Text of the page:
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3 of 3 people found the following review helpful By jocelyn on Feb. 6 2011
Format: Hardcover
I have the first Joy of Cooking cook book and thought I should get the new one-am glad I did-as it is more than a cook book-any question you may have there seems to be an answer-I am passing the "old" book down to my son who always seems to have a cooking question.
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6 of 7 people found the following review helpful By Tweetiebird on March 10 2009
Format: Hardcover
This is a book that is great for the novice to the advanced chef. There is information on techniques and how to solve problems. This book offers not only great recipes, but the basics to techniques for the novice. However, I would not get the 75th anniversary edition, there are numerous mistakes which cause some of the recipes to not come out correctly
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2 of 2 people found the following review helpful By Marilyn M. Sellar on Nov. 14 2010
Format: Hardcover
Too bad they couldn't include some of the great recipes from the book produced in the 60's... Like a meat loaf I made for years.
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4 of 5 people found the following review helpful By ychartra on Oct. 4 2010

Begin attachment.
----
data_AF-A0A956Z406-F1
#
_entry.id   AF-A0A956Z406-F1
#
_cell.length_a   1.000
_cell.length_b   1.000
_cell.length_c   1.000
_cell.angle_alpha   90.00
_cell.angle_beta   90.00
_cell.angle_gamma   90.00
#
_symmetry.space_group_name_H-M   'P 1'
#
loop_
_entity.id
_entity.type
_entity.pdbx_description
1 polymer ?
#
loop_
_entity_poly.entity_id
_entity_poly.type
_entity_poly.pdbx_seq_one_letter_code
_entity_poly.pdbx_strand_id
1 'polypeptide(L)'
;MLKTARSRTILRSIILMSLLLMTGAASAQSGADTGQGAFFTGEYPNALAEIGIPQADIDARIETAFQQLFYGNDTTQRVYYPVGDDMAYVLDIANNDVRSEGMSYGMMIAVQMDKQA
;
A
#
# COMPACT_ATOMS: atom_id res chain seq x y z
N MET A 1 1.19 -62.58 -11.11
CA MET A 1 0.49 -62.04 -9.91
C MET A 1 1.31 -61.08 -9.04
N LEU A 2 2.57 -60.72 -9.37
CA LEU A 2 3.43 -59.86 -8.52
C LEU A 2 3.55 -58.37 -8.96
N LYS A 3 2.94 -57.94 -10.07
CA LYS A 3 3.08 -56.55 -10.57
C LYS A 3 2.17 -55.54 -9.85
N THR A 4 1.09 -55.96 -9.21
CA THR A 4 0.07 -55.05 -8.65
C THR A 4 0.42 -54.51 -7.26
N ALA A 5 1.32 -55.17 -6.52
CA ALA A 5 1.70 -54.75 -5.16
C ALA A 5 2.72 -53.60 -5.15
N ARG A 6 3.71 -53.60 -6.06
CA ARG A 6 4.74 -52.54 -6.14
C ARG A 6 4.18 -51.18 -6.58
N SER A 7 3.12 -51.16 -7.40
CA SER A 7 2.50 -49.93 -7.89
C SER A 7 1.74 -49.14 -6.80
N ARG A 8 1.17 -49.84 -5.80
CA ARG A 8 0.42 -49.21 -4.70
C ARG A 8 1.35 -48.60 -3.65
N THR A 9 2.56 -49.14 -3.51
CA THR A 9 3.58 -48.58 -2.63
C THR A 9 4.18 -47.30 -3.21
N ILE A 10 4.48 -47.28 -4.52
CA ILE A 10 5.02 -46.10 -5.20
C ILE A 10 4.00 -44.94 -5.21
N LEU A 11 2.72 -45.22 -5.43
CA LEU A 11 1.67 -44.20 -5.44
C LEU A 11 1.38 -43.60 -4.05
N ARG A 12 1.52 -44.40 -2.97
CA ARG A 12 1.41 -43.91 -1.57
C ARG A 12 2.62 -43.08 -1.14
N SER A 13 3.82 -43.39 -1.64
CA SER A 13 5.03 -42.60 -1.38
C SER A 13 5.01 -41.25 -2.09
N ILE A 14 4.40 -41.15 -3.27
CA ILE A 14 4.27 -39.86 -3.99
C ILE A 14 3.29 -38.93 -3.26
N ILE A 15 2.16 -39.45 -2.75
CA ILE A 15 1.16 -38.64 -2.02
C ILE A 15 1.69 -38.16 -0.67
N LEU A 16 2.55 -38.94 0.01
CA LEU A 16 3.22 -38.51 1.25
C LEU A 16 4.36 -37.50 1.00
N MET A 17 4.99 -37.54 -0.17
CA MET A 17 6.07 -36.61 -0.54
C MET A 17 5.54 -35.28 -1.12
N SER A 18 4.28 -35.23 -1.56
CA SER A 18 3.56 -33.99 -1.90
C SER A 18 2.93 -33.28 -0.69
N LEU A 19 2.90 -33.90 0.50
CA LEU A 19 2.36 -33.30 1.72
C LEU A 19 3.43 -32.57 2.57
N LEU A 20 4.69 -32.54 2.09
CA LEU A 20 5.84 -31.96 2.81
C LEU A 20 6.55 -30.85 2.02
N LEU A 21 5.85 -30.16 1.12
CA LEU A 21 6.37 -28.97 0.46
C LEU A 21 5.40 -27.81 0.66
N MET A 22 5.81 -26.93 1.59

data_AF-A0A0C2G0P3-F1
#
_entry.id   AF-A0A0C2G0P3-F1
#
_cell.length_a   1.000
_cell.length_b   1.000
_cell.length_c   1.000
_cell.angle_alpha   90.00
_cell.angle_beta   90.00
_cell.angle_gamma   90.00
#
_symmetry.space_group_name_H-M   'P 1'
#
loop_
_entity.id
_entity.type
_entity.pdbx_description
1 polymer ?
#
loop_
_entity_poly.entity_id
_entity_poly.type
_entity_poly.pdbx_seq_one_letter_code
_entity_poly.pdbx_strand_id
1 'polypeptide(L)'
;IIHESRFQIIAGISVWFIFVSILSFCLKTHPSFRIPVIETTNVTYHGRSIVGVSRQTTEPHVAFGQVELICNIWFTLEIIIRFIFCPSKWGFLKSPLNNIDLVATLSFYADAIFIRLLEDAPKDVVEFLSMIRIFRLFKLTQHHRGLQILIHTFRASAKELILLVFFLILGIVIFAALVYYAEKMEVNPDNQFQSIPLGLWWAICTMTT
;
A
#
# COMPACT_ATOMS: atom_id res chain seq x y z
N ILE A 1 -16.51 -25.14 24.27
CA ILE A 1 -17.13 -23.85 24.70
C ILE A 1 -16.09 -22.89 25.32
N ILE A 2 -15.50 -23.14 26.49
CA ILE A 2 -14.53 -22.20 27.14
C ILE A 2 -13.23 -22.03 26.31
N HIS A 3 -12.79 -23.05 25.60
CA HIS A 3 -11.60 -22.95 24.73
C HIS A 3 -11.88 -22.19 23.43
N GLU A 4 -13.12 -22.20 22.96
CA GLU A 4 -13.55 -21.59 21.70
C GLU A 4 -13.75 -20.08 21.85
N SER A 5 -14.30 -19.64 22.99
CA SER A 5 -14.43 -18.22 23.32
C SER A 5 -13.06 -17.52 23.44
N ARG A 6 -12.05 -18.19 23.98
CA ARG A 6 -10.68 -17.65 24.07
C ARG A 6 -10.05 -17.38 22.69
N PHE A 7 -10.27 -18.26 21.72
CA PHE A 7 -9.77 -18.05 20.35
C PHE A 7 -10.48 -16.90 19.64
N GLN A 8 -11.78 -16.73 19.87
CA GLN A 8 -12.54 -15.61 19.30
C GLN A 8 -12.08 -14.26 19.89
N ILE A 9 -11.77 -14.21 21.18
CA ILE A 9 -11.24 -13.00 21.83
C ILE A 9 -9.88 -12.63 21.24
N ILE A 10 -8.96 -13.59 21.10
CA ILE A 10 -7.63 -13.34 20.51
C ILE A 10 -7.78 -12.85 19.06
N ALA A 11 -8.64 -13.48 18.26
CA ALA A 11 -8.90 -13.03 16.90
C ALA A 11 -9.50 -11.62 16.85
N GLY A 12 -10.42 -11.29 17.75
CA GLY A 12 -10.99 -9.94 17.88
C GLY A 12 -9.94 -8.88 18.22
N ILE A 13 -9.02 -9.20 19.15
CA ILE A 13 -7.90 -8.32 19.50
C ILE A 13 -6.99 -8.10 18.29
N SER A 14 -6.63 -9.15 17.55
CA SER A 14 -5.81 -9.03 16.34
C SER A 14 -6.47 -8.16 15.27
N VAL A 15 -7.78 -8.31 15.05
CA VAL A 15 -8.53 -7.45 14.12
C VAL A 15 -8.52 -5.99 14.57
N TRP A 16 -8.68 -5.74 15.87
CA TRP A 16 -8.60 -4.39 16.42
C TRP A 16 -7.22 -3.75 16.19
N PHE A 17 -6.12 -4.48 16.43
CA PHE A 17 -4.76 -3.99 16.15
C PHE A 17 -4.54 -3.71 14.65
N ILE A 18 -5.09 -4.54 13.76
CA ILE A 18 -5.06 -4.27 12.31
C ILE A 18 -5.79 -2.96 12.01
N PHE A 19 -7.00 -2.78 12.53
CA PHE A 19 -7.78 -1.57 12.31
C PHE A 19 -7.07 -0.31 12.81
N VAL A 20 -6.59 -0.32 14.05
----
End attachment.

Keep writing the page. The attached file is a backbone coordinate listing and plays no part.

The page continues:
Format: Hardcover
This a a great classic book. Unbeknownst to me this book has great 'About' sections which explains the concepts that will help you become an good cook rather than just following recipes. For examle: p546 About Gravies and Pan Sauces: explains how gravies originated, how and why to deglaze, etc... I am slowly picking up enough knowledge now that I have begun cooking meals without following recipes and improvising great meals from what is available in my cupboards.

This book doesn't just give you a recipe it teaches you how to make great meals on your own. Great Recipes, exceptional knowledge.
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1 of 1 people found the following review helpful By Amazon Customer on Dec 4 2013
Format: Hardcover Verified Purchase
Bought this item as a christmas gift. I have had one for years and it is my kitchen Bible
I Love it